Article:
Adam Hadwin Looking Forward To Open Championship Experience

Abbotsford Pro Adam Hadwin Says He Has Lots To Learn About Links Golf Before Teeing It Up At Royal Birkdale - Image Courtesy

By Brad Ziemer, British Columbia Golf

Adam Hadwin doesn’t quite know what to expect, on or off the golf course, as he heads to England for his first Open Championship.“I haven’t been over there, I have never been to Europe, not even to vacation or anything,” Hadwin tells British Columbia Golf. “It is going to be different, but I am looking forward to that challenge.”

Well, for starters, Adam, they drive on the left side of the road over there. Seriously, that figures to be the least of Hadwin’s worries. He is more concerned about the crash course in links golf that will begin when he arrives at Royal Birkdale, site of the July 20-23 Open Championship.

Hadwin admits he has lots to learn. He and caddie Joe Cruz arrive Saturday morning and will have five days to try and figure out some of the nuances of the golf course. “I really don’t know how to play links golf,” Hadwin says.“So it should be interesting. It will be a lot of prep the days leading up to it trying to figure out how to play certain shots."

I think getting around the golf course and seeing as many different lies as I can will be important. I want to put myself in some of those pot bunkers and figure out when I can get out of them and when I can’t, when I can run things up and when I can fly things there. All that kind of stuff goes into the preparation. Things that you aren’t really used to here in the U.S. where you play one type of golf the whole way.”

Hadwin is heading to England in a great state of mind and well rested after a two-week break from the PGA TOUR. That break has given him an opportunity to reflect on what has been a breakthrough year for the 29-year-old. He shot that 59 back in January in the third round of the CareerBuilder Challenge in La Quinta, Calif., where he finished solo second. Two months later, he earned his first PGA TOUR win at the Valspar Championship in Florida.

And while his play has tailed off slightly of late, Hadwin says he is determined to enjoy the remainder of the year. He thinks his attitude on the golf course hasn’t been as good as it should be of late. It was almost like after his win Hadwin felt he had to do it again and again. “I think more than anything I might have come out with too many expectations, like you’ve won and you should do this every week now,” he says.

“I think I was getting a little bit more frustrated on the golf course than I had been the first few months. I've been trying to figure out what comes first, bad golf or bad attitude, or is it bad attitude and then bad golf? They are all kind of a vicious circle.”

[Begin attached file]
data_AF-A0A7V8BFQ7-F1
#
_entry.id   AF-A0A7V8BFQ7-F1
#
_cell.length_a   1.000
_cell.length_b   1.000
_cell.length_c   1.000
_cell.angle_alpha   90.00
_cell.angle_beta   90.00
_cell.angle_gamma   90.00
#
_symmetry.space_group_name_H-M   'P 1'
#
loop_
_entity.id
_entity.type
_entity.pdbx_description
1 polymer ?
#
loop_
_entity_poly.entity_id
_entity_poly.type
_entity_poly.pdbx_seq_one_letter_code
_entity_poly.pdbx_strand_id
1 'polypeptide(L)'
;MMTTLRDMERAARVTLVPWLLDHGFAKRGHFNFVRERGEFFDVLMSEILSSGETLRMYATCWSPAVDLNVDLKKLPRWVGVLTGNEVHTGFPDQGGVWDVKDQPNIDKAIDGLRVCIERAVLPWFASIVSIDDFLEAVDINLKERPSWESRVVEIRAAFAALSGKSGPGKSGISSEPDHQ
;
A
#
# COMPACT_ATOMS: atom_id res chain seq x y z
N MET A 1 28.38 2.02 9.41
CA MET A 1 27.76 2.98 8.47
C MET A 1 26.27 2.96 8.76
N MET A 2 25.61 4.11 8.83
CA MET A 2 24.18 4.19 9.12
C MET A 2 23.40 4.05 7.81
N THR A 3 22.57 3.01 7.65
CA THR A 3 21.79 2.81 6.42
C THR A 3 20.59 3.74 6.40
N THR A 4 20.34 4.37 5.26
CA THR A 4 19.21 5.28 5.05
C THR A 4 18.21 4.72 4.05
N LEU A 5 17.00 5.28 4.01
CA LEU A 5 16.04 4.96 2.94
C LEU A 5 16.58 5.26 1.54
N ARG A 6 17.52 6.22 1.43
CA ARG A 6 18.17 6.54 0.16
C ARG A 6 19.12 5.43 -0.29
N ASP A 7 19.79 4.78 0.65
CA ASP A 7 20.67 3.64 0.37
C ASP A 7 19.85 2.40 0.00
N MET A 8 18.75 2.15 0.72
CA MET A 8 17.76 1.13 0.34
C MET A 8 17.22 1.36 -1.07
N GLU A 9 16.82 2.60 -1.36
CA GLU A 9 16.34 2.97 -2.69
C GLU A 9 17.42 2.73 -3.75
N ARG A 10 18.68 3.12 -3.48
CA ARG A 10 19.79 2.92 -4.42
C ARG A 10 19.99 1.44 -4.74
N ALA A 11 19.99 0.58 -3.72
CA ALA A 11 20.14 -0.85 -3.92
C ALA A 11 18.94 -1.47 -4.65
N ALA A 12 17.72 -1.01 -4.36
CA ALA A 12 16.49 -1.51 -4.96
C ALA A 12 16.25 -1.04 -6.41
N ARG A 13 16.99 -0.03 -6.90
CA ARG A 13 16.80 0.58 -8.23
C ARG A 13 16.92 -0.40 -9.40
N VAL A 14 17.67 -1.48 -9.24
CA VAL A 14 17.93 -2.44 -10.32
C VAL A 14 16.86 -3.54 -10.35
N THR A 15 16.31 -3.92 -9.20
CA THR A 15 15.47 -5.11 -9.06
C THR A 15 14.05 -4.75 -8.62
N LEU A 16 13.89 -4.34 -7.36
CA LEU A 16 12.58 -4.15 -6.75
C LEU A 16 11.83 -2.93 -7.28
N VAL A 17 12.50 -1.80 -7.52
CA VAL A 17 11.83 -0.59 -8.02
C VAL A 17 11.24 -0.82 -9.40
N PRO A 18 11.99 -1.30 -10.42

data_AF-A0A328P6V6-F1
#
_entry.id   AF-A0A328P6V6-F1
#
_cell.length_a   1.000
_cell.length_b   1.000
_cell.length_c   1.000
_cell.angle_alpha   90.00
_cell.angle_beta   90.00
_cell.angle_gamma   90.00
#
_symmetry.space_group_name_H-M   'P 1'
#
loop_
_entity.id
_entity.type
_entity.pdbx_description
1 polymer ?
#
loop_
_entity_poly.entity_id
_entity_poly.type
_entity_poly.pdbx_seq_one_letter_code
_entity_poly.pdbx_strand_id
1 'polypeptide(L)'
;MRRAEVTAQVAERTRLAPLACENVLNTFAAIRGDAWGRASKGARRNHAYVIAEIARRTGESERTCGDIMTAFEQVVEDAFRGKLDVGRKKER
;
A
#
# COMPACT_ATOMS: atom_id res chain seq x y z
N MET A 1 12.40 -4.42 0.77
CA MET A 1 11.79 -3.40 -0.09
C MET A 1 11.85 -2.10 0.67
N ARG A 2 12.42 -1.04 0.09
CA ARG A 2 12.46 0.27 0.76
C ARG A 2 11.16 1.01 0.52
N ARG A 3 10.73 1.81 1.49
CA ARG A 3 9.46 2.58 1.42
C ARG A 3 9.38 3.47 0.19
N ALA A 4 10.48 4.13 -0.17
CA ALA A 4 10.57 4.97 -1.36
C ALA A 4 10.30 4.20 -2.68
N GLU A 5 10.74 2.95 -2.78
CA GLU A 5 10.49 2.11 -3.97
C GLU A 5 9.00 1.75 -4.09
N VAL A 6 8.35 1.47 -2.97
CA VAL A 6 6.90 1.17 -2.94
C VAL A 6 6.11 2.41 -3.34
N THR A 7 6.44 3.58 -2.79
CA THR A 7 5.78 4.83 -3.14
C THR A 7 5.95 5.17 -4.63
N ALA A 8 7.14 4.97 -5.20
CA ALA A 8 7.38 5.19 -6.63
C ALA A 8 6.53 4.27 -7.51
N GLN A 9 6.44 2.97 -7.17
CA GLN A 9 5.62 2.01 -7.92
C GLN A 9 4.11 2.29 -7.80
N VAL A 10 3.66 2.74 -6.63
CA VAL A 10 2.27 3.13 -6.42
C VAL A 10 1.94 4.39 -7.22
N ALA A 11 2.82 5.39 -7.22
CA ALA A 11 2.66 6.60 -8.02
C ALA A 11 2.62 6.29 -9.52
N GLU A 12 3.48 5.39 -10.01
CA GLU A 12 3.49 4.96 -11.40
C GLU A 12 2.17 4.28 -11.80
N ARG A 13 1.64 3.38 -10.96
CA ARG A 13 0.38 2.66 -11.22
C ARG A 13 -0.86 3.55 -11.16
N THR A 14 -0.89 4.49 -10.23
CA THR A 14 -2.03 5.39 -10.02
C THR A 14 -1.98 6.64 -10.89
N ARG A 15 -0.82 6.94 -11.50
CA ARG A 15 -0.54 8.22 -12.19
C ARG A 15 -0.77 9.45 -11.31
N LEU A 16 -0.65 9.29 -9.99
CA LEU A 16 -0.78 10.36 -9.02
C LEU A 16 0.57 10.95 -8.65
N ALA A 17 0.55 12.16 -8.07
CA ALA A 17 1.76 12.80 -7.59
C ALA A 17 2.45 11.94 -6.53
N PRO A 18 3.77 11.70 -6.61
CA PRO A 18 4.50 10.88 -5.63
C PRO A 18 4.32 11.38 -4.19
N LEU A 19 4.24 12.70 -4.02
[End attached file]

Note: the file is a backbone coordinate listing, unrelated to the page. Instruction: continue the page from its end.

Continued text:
Hadwin has spent the past couple of weeks taking stock of his year and realizes that everything from this point on is gravy. “The attitude I am going to take into these next eight to 10 weeks is just go out and try to enjoy it more, relish the position you are in on the FedEx Cup points list. You have secured your card, you've got a two-year exemption, you can plan a schedule, you can do what you need to do. So just go out and hit some shots and kind of let the cards fall.”

Hadwin knows that almost everyone on the PGA TOUR has their ups and downs. “Outside of a few people, most players make hay in a three- to six-week stretch on Tour. You make your money, you keep your card and you sort of hang on.” Hadwin will play the next four weeks and they aren’t your run-of-the-mill tourneys.

After the Open Championship, he returns home to play in the RBC Canadian Open at Glen Abbey Golf Course in Oakville, Ont., which is like a fifth major to him. Then it’s on to the World Golf Championships Bridgestone Invitational at Firestone Country Club in Akron, Oh. That is followed by another major, the PGA Championship at Quail Hollow in Charlotte, N.C.

Hadwin will then take a one-week break before the start of the four-event playoffs. He is currently 12th on the FedEx Cup points list and has an opportunity to make some very serious money in the playoffs. “That whole first part of the season kind of set me up for some good things the entire rest of the year,” he says. “I have always gone into the FedEx Cup playoffs having to play really well the first couple of events to even move on. I am in a position now where there is not as much pressure in those first couple of events.”

Hadwin is hoping his season won’t end with the playoffs. Making the International team for this fall’s Presidents Cup remains a big goal. He currently stands 11th on the International Team points list and wants to move up so he doesn’t have to rely on captain Nick Price making him a captain’s choice.

“I don’t want to have to rely on a captain’s pick. You just set yourself up for failure if you are dong that. Captain Price can go any which way he wants. I think that I have maybe been placing too much importance on the team. It is something that I really want to accomplish this year but for a stretch there I was kind of checking the rankings after each week to see where I was.“

I have gotten over that and back to the point of just taking care of my business on the golf course and play well out there and go back to enjoying things a little bit more. If I can do that hopefully it produces the results it was earlier this year and then everything else will take care of itself. I've got four events left before the playoffs now and they are four big events and then playoffs, so you have got eight big events before the Presidents Cup. I want my game to go into a little bit higher gear and start competing a little bit more at these tournaments.”

That starts at his first Open Championship, which Hadwin acknowledges has him a little excited.“I feel good, I feel rested, I am excited to travel over there and try to get settled and live an English life for a week,” he says.